Sunday, November 28, 2010

My editing process

I am knee deep in my third revision of my first novel. I just finished editing the fourth chapter of the book for the second time and I'm about to start on the fifth. There are fifteen chapters in total, but the last few chapters are much shorter than the first, so I'm about one fourth to one third done with the third draft. I figure I am going to need to do a fourth draft and perhaps also a fifth draft, but it's getting more enjoyable to work with the manuscript after every pass, so I'm not particularly upset about that.

I actually enjoy editing quite a bit more than I expected to. Right after I finished the first draft, I felt a little dismayed as I looked forward towards all the work I still had to do to "finish the book". However, I've found that I enjoy editing and rewriting much more than I enjoyed writing the first draft of the novel, which was frequently grueling work and not amusing at all.

My strategy for writing the first draft was as follows: just keep writing as much as possible every day. It's all crap, but don't worry about that right now. Even when you don't think you have any ideas, just keep writing. Even when a scene seems impossible to write, just keep writing.

This worked quite well in that it allowed me to finish the first draft (which was about 120k words) in about three and a half months. Of course, much of what I wrote on that first pass really was total crap and has been completely reworked multiple times, but that's not the point. I couldn't have made it better as I went; I didn't have enough perspective. I had to finish the entire thing and then come back to each detail later.

My strategy for editing is a good deal more structured. Many of these ideas were inspired by Self Editing for Fiction Writers by Renni Browne and Dave King, which gave me a sense of direction where I would have otherwise felt out of my depth.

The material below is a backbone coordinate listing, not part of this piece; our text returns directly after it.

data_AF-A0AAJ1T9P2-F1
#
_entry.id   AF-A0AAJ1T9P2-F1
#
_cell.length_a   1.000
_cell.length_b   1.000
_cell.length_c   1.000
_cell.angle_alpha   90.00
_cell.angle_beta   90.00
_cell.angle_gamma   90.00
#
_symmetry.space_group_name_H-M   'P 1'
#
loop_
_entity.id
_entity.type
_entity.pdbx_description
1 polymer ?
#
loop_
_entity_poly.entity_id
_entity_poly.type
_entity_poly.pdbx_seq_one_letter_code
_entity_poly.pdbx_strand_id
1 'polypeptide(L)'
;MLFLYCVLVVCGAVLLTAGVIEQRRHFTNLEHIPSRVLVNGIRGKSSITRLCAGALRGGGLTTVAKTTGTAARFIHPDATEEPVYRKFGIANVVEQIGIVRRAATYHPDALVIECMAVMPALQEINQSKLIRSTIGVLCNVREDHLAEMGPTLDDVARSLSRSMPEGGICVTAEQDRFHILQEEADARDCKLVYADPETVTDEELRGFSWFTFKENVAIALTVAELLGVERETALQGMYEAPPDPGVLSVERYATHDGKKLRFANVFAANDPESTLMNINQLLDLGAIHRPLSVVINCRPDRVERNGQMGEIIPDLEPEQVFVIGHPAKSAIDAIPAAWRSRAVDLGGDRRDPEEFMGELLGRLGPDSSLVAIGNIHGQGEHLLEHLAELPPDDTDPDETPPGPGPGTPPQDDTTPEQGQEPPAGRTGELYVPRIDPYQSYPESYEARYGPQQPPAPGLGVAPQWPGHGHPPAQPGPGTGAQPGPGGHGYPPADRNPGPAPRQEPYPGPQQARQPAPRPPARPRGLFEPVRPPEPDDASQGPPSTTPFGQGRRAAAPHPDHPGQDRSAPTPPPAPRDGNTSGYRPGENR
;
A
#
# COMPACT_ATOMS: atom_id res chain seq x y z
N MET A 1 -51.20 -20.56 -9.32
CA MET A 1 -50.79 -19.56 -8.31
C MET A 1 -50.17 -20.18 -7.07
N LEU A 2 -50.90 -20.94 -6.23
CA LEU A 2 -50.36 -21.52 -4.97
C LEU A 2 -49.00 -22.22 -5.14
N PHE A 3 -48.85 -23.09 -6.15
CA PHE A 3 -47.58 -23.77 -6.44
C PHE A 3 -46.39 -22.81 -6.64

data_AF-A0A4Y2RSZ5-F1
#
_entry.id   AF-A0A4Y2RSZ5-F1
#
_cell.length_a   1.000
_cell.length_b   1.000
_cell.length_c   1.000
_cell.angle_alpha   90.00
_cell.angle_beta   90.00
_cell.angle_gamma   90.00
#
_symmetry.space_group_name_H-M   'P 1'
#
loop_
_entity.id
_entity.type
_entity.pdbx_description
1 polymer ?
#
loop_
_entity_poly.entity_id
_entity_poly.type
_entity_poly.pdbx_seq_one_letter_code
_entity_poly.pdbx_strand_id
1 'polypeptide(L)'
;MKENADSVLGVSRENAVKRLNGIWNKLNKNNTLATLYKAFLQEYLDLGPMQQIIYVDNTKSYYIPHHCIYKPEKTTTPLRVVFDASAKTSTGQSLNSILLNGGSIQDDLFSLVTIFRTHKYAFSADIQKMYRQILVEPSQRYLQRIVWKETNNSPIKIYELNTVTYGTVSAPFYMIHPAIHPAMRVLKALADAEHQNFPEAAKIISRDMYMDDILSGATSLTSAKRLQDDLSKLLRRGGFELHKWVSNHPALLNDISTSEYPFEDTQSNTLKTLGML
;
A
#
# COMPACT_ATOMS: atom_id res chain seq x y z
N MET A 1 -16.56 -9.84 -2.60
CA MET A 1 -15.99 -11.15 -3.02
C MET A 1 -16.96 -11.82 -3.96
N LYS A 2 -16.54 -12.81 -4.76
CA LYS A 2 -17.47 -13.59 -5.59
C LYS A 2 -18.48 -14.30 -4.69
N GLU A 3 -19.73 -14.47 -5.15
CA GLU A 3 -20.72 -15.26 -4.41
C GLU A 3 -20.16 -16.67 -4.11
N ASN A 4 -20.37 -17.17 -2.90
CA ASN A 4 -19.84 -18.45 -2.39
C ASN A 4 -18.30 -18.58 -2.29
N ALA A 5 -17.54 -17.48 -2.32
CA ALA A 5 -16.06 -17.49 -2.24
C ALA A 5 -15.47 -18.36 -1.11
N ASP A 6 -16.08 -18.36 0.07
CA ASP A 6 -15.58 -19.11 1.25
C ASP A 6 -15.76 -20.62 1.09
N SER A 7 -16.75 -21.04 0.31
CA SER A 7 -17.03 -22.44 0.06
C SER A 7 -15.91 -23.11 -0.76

While working on the second draft, I read each word of the book aloud and reworked awkward sentences and passages, making the syntax sound more natural and improving my word choice. I also deleted about 5k worth of completely extraneous verbiage. Excess adverbs and re-re-stated sentences represented a lot of what got the axe.

Now, while working on the third draft, I have printed out each chapter of the second draft and am working through them one by one using the following techniques.

First, I read through the entire chapter and analyze in broad terms what works for me and what doesn't. Having a hard copy of the chapter in front of me helps me to let go of detail-oriented issues and to analyze big picture stuff instead. During this phase I'm looking at scenes and groups of paragraphs, not individual lines.

I'm able to pick up on a lot of critical issues using this strategy. For example, when I read Chapter One in hard copy, I realized that my main character's emotional reactions didn't feel authentic given the heinous things that were happening in her life. This problem was so deeply rooted in the narrative that changing things line by line would have been ineffective. I'd written almost all of it back before I had any real understanding of the type of book I wanted to write, and I hadn't been able to improve it much with the second draft.

Once I've read through the chapter, I might decide to completely delete some scenes and start from scratch; others might get heavily edited, and others still might get by with only a few adjustments. I rewrite new scenes in a notebook rather than on the computer for reasons I'll get to in a second. For the edited scenes, I simply make notations on the hard copy. Once I'm done, I reread everything I've rewritten or marked up from start to finish. If some parts are still awkward or don't ring true, I work on them some more.

After the chapter reaches what I feel is an acceptable level of not sucking, I type all of it up in a new document. This takes a long time, but it forces me to evaluate every single thing I'm putting in the new version of the chapter-- if I feel like I can't be bothered to type something up, it must not be so great. On the other hand, I know passages are good when I can stay interested while I'm typing them up, even though I've previously written and read and rewritten and reread them over and over again. Using this technique I've also caught some spelling errors that spell check couldn't-- things like "break" and "brake" getting confused-- and I've picked up on sentences with unclear subjects or objects.